Is this news? CNN and Mediaite are treating it as news. It’d be major, major news if his answer was anything other than this, for sure.
As it is, the angle seems to be that a guy who’s now the country’s most prominent devoutly Christian politician, who got elected vice president by campaigning on overturning Roe … hasn’t changed his mind about a lifelong core belief since assuming office.
What are the odds?
Per the last post about Schumer, I think this is real news in one sense. The only way Democrats get a total victory out of borking Kavanaugh rather than a temporary or even pyrrhic one is by turning up the volume on abortion to 11 during the confirmation process. It’s not enough to beat him because of the work he did for Ken Starr or for Bush or whomever. If you do that, Trump might turn around and nominate Barrett — and she’d stand a good chance of getting confirmed in a Senate that’s a bit more Republican in January. To frighten him into going more moderate with his replacement for Kavanaugh, liberals need to use the next few months to show Trump that no hardcore pro-lifer can be confirmed lest it ignite a ferocious backlash.
Pence’s soundbite here, although perfectly anodyne, helps a bit by giving Dems something to remind voters that the tippy-top ranks of the Trump administration have every intention of overturning Roe. The White House can’t guarantee it; Pence himself is quick to note that what he wants and what Brett Kavanaugh might do on the bench are two different things. But the more lefties remind casual voters that Trump is hoping for this outcome and doing everything in his power to engineer it, the better their chances of mobilizing that backlash. This is attack-ad material. And maybe more importantly, something to lay before Collins and Murkowski and remind them what they’re voting for by voting for Kavanaugh.
Ross Douthat is already preparing for the post-Kavanaugh era — not among Democrats but among social conservatives. It will be wrenching one way or another, he notes. Either Kavanaugh will come through, vote to overturn Roe, and politics will go topsy-turvy or … he won’t. And what if he doesn’t?
I think abortion opponents will have that trust vindicated; I think a Roberts-Kavanaugh court, however restrained in other ways, will overrule Casey and allow the states to legislate freely on abortion once again. But this is not the view of many savvy court-watchers, many legal conservatives included, who expect at most a gradual widening of the room for second-trimester regulation. And if they’re right and I’m wrong, if another Republican appointee writes another opinion that limits but still preserves a constitutional right to terminate unborn human lives, then the party unity that I expect around the Kavanaugh nomination will never be repeated, rebellions and disillusionment will divide the right’s legal coalition, and pro-life voters will never trust the legal establishment’s promises again.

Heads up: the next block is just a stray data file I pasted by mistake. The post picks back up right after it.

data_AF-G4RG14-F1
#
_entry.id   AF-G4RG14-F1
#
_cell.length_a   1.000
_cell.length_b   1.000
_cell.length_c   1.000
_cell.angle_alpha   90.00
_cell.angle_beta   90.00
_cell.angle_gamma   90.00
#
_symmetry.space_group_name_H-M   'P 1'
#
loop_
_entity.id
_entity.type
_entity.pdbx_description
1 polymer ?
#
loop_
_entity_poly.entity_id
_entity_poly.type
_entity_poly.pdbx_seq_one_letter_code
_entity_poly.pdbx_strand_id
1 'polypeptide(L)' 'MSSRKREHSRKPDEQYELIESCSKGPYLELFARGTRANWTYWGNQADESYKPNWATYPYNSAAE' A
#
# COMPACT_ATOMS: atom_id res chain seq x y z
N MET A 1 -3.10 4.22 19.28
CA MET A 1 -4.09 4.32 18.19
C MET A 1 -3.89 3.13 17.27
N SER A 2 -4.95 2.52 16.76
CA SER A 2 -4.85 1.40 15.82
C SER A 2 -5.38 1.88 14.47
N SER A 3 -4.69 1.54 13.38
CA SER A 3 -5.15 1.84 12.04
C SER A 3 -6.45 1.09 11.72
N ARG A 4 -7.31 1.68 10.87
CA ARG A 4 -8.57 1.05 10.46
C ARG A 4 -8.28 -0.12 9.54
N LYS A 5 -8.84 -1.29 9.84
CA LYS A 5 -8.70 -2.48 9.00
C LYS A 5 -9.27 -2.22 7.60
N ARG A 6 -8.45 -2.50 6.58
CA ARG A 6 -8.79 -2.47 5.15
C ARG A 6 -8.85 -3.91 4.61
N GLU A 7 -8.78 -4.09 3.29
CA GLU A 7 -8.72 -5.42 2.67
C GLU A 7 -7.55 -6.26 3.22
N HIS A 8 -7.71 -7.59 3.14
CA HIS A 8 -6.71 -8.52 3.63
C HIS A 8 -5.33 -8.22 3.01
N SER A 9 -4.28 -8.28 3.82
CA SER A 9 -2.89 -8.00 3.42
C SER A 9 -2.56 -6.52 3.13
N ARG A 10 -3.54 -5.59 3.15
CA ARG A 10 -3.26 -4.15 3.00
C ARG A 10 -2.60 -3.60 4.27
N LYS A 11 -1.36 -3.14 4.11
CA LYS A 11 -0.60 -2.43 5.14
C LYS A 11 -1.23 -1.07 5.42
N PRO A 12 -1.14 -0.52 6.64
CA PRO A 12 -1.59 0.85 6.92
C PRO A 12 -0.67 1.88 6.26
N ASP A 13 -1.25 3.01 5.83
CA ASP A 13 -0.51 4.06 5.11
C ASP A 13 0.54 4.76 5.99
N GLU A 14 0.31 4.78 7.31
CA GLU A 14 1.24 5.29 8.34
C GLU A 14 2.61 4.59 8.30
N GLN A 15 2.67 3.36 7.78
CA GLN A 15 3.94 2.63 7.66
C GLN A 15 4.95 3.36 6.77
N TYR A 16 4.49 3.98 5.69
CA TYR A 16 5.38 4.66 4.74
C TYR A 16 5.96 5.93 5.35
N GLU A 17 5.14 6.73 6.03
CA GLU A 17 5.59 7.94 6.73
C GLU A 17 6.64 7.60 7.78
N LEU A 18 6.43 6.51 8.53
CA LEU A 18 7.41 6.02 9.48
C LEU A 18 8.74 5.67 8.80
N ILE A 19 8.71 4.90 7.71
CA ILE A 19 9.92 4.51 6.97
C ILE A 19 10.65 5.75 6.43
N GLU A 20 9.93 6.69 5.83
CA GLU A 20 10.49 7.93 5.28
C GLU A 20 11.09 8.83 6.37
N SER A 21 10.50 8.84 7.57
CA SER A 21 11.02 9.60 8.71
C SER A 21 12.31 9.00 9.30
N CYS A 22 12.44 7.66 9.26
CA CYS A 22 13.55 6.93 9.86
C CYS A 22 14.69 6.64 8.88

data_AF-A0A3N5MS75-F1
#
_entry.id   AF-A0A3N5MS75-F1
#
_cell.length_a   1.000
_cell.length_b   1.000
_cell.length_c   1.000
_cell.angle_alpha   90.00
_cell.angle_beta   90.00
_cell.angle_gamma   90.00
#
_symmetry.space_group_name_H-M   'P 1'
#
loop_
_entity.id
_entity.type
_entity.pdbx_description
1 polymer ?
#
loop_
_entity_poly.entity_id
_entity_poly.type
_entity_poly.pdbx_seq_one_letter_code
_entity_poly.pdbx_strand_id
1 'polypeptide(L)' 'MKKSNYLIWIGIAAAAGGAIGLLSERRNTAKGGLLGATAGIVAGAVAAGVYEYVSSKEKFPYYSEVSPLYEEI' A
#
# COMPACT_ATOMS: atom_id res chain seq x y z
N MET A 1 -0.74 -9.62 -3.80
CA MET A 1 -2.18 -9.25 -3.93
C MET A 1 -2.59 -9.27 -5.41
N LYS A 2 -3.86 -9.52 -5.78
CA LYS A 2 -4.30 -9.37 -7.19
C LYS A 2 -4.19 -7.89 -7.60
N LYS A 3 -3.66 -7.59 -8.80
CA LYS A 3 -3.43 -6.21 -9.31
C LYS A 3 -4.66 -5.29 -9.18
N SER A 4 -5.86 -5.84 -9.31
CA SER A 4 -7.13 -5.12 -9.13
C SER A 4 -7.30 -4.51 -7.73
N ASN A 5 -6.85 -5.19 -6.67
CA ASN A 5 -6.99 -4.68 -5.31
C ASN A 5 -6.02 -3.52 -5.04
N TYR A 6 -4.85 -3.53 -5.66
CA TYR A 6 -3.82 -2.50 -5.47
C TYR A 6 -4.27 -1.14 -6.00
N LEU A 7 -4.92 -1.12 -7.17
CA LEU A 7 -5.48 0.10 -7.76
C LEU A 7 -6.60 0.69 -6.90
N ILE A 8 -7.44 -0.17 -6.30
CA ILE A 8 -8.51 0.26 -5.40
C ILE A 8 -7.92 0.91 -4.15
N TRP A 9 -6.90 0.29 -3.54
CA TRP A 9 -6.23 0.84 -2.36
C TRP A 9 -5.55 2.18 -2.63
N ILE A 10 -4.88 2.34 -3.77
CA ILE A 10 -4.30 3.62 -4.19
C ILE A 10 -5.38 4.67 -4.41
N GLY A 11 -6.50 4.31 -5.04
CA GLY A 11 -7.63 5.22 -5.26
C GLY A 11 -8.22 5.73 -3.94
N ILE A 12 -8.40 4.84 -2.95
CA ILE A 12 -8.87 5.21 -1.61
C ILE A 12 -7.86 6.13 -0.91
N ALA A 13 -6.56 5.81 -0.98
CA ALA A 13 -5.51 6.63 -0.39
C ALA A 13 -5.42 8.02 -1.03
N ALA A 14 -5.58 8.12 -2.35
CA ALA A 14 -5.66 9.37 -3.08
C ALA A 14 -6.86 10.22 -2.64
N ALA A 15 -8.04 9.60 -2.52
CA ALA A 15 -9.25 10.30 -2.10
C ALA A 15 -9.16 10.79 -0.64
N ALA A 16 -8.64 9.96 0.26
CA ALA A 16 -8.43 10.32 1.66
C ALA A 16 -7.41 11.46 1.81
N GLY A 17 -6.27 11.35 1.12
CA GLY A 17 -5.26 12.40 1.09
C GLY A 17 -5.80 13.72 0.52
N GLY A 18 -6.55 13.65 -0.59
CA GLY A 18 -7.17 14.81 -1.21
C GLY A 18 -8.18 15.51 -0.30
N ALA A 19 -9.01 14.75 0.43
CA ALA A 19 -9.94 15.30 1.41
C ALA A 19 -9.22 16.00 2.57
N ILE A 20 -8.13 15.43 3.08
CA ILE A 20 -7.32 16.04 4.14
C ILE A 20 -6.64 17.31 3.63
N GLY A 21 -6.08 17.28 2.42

The groundswell for Barrett, unusual in a nomination process, was a foretaste of what the rebellions would look like.
We’ll see. Douthat acknowledged on Twitter this morning that social cons are usually cheap dates for their party. There may be a rebellion if Kavanaugh (or Roberts) chokes completely and votes to keep the Roe/Casey framework wholly intact, but I think a Roe-style temporal framework that preserves the right to abortion but scales it way back to the earliest stages of pregnancy is something most social conservatives would talk themselves into accepting. Particularly with their hero Trump, the master salesman, pitching them that it’s the political win of the century, a night-and-day improvement over the current abortion-mill regime, and so on. There’ll be no wider political rebellion; Douthat noted himself that social cons are forever running into the problem that they have nowhere else to go politically.
But he’s right that if Kavanaugh chokes, it’ll be the end of trusting the Federalist Society legal culture in which Kavanaugh was incubated. That group exists ultimately to produce Supreme Court justices who will. not. choke. like Kennedy, O’Connor, and Souter — three Republican appointees — did in Casey. (Fun fact: The other two votes in the five-vote Casey majority, Blackmun and Stevens, were also Republican appointees. The lone Democratic appointee on the Court at the time, Byron White, dissented. Eight Republicans couldn’t get it done!) If a Republican majority midwifed by Don McGahn and Leonard Leo can’t seal the deal, the group’s credibility is cooked. Who knows what comes after that.
CNN's Dana Bash: "Do you still want Roe v. Wade to be overturned?"
— CNN Politics (@CNNPolitics) July 10, 2018